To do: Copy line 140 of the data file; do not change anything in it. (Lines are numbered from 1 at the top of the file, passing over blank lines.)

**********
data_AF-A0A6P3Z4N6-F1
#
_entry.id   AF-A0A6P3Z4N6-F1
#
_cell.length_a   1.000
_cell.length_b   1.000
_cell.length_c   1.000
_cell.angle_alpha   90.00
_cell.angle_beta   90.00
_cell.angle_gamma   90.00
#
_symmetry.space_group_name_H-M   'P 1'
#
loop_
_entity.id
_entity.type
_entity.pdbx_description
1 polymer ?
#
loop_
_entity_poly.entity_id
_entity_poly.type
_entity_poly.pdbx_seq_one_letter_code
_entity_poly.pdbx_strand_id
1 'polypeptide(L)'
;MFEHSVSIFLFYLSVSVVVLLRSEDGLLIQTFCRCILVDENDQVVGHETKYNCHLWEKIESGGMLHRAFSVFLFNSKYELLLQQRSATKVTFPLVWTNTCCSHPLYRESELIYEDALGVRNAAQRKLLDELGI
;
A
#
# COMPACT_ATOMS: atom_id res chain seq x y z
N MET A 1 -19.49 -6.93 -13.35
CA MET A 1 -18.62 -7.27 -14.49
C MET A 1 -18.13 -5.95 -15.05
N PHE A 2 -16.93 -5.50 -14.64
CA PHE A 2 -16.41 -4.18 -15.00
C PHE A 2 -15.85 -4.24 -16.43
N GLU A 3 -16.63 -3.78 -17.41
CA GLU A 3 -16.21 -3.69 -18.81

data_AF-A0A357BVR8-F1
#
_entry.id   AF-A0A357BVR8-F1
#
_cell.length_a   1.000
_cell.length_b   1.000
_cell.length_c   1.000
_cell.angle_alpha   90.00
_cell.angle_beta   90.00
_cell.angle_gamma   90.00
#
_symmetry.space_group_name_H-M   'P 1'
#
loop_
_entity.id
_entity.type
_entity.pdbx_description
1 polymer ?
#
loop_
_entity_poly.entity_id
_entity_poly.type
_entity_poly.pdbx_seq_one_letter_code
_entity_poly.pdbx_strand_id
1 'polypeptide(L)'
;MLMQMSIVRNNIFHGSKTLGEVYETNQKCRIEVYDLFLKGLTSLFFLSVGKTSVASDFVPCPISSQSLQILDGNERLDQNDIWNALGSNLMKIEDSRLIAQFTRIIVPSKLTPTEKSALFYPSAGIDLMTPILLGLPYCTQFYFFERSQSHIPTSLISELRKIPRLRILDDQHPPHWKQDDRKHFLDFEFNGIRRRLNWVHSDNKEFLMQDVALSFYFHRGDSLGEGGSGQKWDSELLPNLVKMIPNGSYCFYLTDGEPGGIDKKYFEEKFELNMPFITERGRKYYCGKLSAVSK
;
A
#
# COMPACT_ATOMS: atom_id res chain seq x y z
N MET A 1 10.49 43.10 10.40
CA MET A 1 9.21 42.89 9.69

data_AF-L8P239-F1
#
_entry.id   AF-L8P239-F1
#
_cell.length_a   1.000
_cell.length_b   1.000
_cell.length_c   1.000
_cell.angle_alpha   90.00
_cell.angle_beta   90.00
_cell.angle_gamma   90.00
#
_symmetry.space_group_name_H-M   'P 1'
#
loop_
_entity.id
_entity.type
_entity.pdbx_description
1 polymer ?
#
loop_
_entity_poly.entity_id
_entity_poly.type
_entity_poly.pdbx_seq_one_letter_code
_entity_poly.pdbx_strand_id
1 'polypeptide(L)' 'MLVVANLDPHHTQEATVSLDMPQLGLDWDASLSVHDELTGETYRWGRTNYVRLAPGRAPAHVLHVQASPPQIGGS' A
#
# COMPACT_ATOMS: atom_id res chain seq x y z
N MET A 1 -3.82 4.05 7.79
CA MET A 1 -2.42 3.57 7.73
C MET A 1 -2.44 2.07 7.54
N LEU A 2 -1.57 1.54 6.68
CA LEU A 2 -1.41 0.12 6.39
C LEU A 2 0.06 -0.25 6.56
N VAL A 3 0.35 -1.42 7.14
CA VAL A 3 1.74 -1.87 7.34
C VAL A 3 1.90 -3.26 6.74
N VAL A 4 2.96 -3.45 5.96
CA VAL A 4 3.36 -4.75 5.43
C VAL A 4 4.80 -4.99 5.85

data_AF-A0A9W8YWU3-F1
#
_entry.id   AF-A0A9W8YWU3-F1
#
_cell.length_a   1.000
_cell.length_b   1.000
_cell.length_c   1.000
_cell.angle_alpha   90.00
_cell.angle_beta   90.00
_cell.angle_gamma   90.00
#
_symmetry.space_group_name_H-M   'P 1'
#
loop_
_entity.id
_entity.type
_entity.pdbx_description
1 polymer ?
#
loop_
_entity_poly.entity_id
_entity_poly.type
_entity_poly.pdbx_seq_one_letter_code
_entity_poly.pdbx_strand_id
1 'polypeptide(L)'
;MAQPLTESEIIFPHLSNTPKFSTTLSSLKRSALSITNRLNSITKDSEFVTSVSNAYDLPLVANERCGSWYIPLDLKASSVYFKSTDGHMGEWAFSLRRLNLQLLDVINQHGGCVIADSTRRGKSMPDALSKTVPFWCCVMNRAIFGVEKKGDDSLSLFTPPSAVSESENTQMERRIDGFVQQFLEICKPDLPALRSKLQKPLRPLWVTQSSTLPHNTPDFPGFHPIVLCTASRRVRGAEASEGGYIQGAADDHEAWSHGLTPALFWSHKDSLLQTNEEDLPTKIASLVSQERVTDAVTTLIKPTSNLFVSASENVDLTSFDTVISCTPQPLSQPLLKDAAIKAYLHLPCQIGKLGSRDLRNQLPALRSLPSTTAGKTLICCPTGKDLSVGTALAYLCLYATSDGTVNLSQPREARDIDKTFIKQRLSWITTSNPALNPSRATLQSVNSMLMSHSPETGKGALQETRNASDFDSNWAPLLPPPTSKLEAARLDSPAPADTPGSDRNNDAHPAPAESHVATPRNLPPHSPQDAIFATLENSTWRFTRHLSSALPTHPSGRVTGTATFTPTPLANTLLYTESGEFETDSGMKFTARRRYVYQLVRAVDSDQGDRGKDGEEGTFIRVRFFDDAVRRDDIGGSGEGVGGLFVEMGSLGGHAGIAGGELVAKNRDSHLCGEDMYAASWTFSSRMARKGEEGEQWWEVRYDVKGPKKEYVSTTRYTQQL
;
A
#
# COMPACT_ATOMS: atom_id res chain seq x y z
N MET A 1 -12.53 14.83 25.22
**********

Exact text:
N MET A 1 -12.53 14.83 25.22